Howard Kellman: Voice of the Indianapolis Indians

Howard Kellman is the long-time “Voice of the Indianapolis Indians,” and is a member of the Indiana Sportscasters and Sportswriters Hall of Fame.

Kellman was born in Brooklyn, New York, and was an avid New York Yankees fan. As a child, he would find an isolated portion of Yankees Stadium and practice calling games in anticipation of a career in the broadcasting business. After broadcasting St. John’s basketball games during his senior year of college, Kellman sent a self-made audio tape of him calling a Yankees/Red Sox game to more than 100 minor league baseball teams. The Indians were interested, and in 1974 made him the play-by-play announcer for the team.

He’s broadcast over 4,000 Indians games since then, and has made the call in eight championship games, a number that only the great Mel Allen of the Yankees has surpassed. He has also called games for the Chicago White Sox and the Cleveland Cavaliers, but hasn’t actively pursued a job in Major League baseball in over two decades because of his love for Indy and the Indians. When the Tribe aren’t in action during the fall and winter, Kellman announces high school football and basketball games on television throughout the state of Indiana. He also has his own radio show on WXNT-AM 1430, entitled “Howard Kellman’s Great Baseball Memories.” The show previously was broadcast on WXLW-AM 950. In April of 2009, he was inducted into the Indiana Sportscasters and Sportswriters Hall of Fame.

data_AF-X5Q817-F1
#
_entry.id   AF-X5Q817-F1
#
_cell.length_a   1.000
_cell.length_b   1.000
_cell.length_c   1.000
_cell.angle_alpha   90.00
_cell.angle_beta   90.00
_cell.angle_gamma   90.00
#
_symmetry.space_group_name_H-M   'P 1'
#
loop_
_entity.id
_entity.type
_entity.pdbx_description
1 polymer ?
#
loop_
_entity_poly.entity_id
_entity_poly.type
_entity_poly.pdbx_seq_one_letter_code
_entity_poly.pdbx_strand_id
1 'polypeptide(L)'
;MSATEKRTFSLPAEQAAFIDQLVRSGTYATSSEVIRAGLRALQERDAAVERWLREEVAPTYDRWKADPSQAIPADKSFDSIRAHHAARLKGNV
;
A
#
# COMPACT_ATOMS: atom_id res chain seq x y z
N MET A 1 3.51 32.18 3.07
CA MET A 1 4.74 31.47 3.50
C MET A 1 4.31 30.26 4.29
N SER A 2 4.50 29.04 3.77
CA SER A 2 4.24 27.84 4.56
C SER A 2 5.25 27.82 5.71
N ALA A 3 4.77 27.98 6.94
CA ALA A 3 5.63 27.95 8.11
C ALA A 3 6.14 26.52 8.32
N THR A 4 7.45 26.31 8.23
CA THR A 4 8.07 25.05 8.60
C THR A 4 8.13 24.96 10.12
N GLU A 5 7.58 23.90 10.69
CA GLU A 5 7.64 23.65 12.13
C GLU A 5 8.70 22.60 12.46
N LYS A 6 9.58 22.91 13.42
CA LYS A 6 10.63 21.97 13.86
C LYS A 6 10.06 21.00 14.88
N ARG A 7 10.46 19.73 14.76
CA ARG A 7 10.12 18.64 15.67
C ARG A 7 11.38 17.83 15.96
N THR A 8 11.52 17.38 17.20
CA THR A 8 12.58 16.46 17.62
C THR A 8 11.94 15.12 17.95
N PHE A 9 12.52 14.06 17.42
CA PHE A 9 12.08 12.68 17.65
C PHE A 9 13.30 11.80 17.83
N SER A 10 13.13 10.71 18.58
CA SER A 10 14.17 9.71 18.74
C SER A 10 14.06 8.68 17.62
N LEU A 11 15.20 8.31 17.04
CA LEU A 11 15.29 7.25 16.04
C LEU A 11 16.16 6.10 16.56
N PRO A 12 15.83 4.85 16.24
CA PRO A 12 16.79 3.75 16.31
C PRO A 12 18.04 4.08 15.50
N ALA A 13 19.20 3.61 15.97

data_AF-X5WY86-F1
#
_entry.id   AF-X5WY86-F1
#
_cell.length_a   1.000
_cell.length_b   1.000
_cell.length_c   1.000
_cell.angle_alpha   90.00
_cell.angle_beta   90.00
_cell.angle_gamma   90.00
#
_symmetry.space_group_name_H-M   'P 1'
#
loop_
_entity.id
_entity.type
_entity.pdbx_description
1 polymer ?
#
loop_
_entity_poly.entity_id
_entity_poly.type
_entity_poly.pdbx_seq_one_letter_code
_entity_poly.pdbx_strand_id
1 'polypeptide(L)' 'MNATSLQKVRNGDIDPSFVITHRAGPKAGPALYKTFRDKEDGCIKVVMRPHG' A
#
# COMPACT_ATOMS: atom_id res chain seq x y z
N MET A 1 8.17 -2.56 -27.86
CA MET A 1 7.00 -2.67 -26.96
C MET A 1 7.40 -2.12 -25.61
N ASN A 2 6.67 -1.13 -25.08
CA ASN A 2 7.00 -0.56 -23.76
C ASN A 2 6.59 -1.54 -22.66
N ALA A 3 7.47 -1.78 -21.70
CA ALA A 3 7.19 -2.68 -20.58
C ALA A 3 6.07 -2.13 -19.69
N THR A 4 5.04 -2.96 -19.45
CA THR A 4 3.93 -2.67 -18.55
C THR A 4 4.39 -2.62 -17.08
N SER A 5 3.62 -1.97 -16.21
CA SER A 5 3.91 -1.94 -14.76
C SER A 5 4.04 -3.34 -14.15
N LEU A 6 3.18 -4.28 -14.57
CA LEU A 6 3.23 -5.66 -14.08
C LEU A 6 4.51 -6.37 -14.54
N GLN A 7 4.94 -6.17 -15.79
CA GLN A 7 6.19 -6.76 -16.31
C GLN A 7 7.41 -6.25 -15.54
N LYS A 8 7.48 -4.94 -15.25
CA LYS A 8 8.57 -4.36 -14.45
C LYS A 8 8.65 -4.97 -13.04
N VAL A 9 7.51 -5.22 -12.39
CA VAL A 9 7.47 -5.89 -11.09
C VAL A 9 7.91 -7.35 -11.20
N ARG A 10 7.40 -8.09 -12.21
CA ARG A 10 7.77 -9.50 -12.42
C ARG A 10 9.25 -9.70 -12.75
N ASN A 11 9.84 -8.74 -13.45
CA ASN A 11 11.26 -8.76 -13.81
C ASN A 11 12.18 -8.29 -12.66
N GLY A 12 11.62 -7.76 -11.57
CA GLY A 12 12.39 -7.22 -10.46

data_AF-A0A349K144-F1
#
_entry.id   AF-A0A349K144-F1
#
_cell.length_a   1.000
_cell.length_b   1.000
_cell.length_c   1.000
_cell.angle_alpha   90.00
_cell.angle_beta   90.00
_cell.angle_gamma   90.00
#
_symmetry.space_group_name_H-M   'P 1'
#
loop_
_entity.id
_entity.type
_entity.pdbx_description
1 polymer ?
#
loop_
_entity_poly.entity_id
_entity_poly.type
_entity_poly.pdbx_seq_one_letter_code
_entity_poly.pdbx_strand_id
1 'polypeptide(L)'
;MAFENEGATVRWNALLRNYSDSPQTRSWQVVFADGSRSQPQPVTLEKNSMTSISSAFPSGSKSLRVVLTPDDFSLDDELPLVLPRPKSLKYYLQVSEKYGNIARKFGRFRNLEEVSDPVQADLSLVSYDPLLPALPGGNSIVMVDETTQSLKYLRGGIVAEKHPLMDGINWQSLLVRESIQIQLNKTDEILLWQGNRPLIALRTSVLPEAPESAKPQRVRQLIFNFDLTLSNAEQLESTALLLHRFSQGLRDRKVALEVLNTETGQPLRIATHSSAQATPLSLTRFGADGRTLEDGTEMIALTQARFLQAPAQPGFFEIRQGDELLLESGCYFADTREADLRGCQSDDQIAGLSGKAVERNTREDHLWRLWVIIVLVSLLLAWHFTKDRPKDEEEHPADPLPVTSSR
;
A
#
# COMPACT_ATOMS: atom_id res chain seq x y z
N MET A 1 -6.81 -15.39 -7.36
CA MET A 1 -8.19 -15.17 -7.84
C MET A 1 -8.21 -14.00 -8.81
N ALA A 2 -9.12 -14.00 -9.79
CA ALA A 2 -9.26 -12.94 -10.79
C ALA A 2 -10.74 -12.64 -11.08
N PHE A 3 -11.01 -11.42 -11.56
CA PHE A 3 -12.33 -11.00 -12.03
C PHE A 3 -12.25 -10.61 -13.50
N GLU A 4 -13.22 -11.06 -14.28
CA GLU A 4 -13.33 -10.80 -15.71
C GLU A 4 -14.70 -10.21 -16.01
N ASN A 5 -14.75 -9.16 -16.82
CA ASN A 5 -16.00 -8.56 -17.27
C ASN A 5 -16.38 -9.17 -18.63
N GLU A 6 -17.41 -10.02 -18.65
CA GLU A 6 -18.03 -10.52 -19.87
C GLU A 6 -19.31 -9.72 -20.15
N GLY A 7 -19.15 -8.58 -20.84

Other career accomplishments include:

-Play-by-play announcer for the 2006, 2007, and 2008 Triple-A World Series on ESPN 2.

-Covered the World Series, Indiana Pacers, Indianapolis Colts, Notre Dame, Indiana State University, Purdue, and Indiana University Sports for CBS, ABC and AP Radio.

-Interviewed everybody from Michael Jordan and Major League Baseball Commissioner “Bud” Selig to Pete Rose and Larry Bird.

-Was named “Indiana Sportscaster of the Year” in 2002.

-Author of the book “61 Humorous and Inspiring Lessons I Learned from Baseball.”

Howard Kellman at a public speaking engagement.


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